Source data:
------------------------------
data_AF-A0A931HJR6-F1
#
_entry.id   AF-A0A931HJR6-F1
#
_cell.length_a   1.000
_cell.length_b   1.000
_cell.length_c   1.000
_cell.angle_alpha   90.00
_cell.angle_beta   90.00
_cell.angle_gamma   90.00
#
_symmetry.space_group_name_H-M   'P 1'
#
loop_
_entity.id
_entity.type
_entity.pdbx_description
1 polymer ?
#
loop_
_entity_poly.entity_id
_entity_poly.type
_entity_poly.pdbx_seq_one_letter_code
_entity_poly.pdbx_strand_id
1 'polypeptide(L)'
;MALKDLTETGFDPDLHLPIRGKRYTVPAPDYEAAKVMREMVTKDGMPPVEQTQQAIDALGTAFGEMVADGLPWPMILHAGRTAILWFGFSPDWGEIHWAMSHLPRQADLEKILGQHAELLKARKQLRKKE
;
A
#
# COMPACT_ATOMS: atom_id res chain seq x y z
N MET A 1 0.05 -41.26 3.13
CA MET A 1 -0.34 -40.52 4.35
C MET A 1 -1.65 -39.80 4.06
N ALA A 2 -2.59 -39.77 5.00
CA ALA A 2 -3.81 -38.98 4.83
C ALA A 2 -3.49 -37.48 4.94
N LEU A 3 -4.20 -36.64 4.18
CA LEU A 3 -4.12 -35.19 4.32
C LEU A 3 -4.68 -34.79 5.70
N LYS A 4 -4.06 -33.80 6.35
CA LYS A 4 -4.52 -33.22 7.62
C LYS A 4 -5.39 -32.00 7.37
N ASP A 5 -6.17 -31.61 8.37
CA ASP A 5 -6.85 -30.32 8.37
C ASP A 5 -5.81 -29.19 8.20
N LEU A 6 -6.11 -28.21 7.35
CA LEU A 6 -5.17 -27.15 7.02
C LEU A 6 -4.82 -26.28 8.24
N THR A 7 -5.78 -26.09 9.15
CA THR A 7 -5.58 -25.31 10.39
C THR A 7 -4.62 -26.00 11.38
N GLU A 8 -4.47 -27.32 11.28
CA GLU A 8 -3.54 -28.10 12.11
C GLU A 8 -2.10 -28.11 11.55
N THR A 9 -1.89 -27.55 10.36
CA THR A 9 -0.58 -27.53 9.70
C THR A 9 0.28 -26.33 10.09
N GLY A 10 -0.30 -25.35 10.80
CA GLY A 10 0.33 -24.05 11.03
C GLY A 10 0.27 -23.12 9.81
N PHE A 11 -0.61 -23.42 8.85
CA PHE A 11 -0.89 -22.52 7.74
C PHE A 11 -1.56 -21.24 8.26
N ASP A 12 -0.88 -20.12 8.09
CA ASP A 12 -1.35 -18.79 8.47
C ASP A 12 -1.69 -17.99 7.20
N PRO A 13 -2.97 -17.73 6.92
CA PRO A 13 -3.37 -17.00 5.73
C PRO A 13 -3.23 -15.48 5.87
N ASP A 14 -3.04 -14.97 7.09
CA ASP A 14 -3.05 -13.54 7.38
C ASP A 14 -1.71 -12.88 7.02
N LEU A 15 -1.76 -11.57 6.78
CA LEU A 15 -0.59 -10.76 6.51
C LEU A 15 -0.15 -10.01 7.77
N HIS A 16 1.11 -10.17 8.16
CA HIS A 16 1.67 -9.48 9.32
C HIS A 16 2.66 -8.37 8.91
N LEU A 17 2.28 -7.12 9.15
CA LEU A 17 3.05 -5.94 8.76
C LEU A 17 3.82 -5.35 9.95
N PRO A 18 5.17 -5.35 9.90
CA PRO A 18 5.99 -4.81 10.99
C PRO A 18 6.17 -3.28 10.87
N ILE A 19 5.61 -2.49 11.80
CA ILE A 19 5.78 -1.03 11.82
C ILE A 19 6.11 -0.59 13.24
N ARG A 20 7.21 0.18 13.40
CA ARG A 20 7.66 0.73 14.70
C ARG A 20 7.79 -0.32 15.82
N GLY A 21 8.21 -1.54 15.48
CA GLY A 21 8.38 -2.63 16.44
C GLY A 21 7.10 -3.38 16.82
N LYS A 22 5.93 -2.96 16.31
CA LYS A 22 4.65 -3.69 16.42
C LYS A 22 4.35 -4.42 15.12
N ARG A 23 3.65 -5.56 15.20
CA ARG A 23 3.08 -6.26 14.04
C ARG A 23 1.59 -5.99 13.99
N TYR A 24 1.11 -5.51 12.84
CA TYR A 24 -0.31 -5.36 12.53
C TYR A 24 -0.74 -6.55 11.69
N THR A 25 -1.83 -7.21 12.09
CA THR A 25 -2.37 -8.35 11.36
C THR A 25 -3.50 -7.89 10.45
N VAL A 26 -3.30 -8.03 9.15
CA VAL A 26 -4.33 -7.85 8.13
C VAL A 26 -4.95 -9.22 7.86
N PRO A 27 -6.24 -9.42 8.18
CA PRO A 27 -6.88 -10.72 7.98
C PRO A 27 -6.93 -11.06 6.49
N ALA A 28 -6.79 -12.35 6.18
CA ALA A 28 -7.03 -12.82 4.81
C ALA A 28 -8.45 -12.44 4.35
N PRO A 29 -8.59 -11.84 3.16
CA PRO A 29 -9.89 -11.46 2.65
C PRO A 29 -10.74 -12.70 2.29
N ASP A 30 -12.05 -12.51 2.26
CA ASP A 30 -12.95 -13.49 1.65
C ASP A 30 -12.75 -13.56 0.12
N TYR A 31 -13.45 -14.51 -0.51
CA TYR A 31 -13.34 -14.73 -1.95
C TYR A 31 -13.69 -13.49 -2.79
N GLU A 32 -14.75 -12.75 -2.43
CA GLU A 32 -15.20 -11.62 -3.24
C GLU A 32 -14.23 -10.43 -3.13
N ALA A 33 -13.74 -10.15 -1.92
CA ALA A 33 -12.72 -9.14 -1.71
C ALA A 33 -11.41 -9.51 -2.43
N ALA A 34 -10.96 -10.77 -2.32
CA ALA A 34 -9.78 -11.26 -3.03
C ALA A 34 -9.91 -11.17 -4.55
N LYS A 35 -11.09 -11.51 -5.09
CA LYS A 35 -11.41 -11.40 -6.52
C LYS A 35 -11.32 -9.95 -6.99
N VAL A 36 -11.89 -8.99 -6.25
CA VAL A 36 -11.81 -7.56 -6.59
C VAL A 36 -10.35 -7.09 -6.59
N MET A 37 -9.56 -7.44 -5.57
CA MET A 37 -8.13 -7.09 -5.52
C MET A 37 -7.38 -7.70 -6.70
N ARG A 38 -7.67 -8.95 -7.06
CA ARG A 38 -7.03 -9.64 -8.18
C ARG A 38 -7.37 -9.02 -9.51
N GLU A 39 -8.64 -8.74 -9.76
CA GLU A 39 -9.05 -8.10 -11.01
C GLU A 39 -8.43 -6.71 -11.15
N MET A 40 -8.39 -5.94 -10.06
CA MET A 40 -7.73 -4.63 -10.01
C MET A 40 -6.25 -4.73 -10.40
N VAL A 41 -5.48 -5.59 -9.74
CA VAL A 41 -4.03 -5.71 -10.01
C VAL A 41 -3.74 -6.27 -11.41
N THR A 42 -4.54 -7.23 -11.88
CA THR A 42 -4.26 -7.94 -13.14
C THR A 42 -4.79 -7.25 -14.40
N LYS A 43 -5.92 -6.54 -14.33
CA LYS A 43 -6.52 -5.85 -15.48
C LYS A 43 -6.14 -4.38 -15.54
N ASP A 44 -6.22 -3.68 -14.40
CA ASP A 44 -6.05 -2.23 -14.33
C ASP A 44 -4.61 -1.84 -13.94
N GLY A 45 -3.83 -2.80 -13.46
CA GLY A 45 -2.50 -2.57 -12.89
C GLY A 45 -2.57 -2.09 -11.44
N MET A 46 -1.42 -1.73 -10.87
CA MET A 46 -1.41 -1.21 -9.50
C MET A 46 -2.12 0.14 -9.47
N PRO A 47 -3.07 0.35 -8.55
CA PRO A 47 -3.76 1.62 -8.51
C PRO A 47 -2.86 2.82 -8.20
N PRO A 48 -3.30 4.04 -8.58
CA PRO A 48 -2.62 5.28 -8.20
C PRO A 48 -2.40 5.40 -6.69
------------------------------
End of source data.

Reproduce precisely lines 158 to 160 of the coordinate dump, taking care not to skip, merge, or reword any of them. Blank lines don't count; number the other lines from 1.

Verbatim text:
CA LYS A 43 -6.52 -5.85 -15.48
C LYS A 43 -6.14 -4.38 -15.54
N ASP A 44 -6.22 -3.68 -14.40